In college, Nefertiti had no idea that she would be at the helm of a major pharmaceutical division—her career focus was pre-med, but that took several turns along the way—it changed to research, to overseeing clinical trials, and then to managing a business. This savvy leader is a people-person, whose goal is to make a difference in the lives of patients and their medical providers.
Here are some of her tips for pushing beyond limits.
Jump over the hurdles with support
I’ve never found a roadblock that couldn’t be overcome with tenacity. But it’s very difficult to be successful without mentorship. Make sure you have a network of leaders you trust who you can call on for advice. Know there’s always help out there when you need it.
Take the job, then figure it out
I hear women say, “Oh I’m not qualified, I can’t do that job.” Don’t take yourself out of the game before you even try! I tell that to women I counsel and my children too. A school counselor once advised one of my kids to consider taking fewer advanced classes as it may be too difficult. I encouraged them to try the classes—they could step down later if they needed to. How do you know what you’re capable of, if you don’t give it a shot?
Step outside of your comfort zone
I was a biology/chemistry major in school, so at first I thought I would go into pre-med. But during an internship I found that I didn’t like being in a hospital environment, although I loved working with patients and making an impact. So I went into research and then was fortunate enough to have a female mentor who guided me in a different direction—she thought my personality was suited for commercial leadership. She helped me make the change to a commercial role which allowed me to continue helping patients and working in healthcare, but in a way that worked best for me.
Make smart priorities
I’m incredibly organized. I leverage technology to keep myself disciplined time-wise. When my daughter was little, I coached her softball and lacrosse teams for many years. Being organized (and color coding our home calendar) allows me to go to important games and school events. I can’t make it to everything, but because I plan ahead, I can make it to a lot.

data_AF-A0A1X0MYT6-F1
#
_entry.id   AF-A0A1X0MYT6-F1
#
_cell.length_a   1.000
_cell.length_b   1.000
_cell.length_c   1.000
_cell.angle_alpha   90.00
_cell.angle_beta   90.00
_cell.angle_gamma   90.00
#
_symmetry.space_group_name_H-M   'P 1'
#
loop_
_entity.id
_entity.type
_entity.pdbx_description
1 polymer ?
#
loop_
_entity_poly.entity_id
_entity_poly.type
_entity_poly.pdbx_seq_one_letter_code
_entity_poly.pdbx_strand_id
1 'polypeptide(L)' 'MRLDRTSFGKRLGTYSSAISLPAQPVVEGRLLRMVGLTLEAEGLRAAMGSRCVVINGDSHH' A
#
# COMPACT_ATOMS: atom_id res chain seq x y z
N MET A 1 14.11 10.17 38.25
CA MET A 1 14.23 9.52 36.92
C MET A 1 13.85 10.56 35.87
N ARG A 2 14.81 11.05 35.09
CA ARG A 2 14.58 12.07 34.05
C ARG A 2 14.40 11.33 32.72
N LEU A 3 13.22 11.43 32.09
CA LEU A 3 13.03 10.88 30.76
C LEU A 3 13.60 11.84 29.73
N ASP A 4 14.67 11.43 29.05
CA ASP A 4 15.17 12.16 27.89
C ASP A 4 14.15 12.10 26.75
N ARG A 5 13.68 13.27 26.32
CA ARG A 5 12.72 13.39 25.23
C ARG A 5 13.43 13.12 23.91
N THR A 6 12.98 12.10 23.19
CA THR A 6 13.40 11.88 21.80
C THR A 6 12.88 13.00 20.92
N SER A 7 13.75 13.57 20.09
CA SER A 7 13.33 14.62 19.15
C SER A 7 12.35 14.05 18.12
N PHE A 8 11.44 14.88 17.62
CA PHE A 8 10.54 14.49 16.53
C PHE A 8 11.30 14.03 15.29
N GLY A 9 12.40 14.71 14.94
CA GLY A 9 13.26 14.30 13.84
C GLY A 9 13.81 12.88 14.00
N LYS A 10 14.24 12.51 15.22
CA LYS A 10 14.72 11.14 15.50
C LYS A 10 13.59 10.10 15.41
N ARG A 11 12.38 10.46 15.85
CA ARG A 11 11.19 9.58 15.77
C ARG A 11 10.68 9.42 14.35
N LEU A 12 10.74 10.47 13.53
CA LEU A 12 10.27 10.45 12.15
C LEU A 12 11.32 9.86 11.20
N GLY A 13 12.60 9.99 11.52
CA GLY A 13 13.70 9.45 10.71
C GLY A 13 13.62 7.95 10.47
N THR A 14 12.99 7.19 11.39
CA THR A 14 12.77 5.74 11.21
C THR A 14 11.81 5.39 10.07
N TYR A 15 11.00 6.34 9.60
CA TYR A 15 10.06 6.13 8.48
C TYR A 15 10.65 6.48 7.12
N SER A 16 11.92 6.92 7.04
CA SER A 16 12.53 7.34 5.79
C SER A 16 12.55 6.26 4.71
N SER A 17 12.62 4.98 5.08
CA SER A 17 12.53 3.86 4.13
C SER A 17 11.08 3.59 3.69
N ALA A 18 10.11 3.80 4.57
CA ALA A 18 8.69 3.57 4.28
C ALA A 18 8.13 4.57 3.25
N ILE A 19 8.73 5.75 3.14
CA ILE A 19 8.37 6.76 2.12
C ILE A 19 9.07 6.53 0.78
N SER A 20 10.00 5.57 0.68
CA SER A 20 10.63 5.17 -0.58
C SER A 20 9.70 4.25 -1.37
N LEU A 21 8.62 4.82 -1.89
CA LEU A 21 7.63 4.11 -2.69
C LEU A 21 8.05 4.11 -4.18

Focus on the end goal
It’s wonderful to be in an industry that is making a difference. Obviously as a business we need to drive results, but at the same time we can also provide value and benefits ultimately improving the lives of patients. On a personal level, it really hits home, because we all have friends and family affected by illness. When I was working in diabetes, my niece was diagnosed with Type 1 Diabetes. She was only a year and a half old.
How do we get more young girls interested in STEM?
We need to make it exciting. In high school, my biology teacher made it fun. I wanted to learn more. Being a biology/chemistry major can be challenging, so when we see someone with talent, we need to encourage them.
What advice would you give to your younger self knowing what you know now?
Don’t sweat the small stuff. Life isn’t easy: you have to balance your personal and professional life. Little things may take you off-track, but they aren’t important. Sometimes they may seem big, but they really aren’t.
What’s your favorite book/movie?
I like historical fiction novels, especially Philippa Gregory’s work. I recommend both The Other Boleyn Girl and The Constant Princess.
What are your hobbies?
I have a big love of lacrosse from having played it myself—now I enjoy watching my daughter play as well as watching it on TV. I also play tennis on the weekends with friends. While playing, I think for a moment we all think we’re Serena Williams—and we’re not!